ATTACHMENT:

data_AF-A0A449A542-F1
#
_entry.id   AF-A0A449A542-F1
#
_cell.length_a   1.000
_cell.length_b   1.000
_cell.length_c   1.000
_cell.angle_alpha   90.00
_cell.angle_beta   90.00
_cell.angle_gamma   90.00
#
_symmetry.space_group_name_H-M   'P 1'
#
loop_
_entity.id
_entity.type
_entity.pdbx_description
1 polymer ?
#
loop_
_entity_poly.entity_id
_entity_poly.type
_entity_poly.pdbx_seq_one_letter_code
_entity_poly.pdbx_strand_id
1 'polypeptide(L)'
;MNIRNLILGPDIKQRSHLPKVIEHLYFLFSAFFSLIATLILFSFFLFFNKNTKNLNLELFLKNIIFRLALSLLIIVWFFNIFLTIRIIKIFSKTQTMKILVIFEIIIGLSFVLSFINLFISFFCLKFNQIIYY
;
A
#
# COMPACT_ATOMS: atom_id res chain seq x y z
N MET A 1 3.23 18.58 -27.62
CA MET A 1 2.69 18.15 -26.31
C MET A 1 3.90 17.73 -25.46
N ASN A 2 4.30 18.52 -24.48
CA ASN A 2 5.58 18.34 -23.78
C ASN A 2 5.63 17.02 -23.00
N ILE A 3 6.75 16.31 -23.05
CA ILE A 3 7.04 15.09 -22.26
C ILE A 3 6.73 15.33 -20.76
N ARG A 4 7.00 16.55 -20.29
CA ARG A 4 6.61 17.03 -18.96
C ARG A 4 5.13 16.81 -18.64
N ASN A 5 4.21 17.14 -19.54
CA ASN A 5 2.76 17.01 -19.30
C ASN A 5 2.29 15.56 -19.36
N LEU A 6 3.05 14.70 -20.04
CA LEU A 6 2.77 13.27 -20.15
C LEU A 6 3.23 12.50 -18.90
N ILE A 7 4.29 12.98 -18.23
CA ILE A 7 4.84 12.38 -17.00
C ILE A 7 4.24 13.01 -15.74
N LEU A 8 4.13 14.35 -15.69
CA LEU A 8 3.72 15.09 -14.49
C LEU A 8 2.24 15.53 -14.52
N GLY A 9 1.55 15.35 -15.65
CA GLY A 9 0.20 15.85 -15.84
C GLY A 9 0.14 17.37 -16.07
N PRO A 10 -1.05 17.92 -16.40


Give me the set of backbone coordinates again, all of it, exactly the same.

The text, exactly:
data_AF-A0A449A542-F1
#
_entry.id   AF-A0A449A542-F1
#
_cell.length_a   1.000
_cell.length_b   1.000
_cell.length_c   1.000
_cell.angle_alpha   90.00
_cell.angle_beta   90.00
_cell.angle_gamma   90.00
#
_symmetry.space_group_name_H-M   'P 1'
#
loop_
_entity.id
_entity.type
_entity.pdbx_description
1 polymer ?
#
loop_
_entity_poly.entity_id
_entity_poly.type
_entity_poly.pdbx_seq_one_letter_code
_entity_poly.pdbx_strand_id
1 'polypeptide(L)'
;MNIRNLILGPDIKQRSHLPKVIEHLYFLFSAFFSLIATLILFSFFLFFNKNTKNLNLELFLKNIIFRLALSLLIIVWFFNIFLTIRIIKIFSKTQTMKILVIFEIIIGLSFVLSFINLFISFFCLKFNQIIYY
;
A
#
# COMPACT_ATOMS: atom_id res chain seq x y z
N MET A 1 3.23 18.58 -27.62
CA MET A 1 2.69 18.15 -26.31
C MET A 1 3.90 17.73 -25.46
N ASN A 2 4.30 18.52 -24.48
CA ASN A 2 5.58 18.34 -23.78
C ASN A 2 5.63 17.02 -23.00
N ILE A 3 6.75 16.31 -23.05
CA ILE A 3 7.04 15.09 -22.26
C ILE A 3 6.73 15.33 -20.76
N ARG A 4 7.00 16.55 -20.29
CA ARG A 4 6.61 17.03 -18.96
C ARG A 4 5.13 16.81 -18.64
N ASN A 5 4.21 17.14 -19.54
CA ASN A 5 2.76 17.01 -19.30
C ASN A 5 2.29 15.56 -19.36
N LEU A 6 3.05 14.70 -20.04
CA LEU A 6 2.77 13.27 -20.15
C LEU A 6 3.23 12.50 -18.90
N ILE A 7 4.29 12.98 -18.23
CA ILE A 7 4.84 12.38 -17.00
C ILE A 7 4.24 13.01 -15.74
N LEU A 8 4.13 14.35 -15.69
CA LEU A 8 3.72 15.09 -14.49
C LEU A 8 2.24 15.53 -14.52
N GLY A 9 1.55 15.35 -15.65
CA GLY A 9 0.20 15.85 -15.84
C GLY A 9 0.14 17.37 -16.07
N PRO A 10 -1.05 17.92 -16.40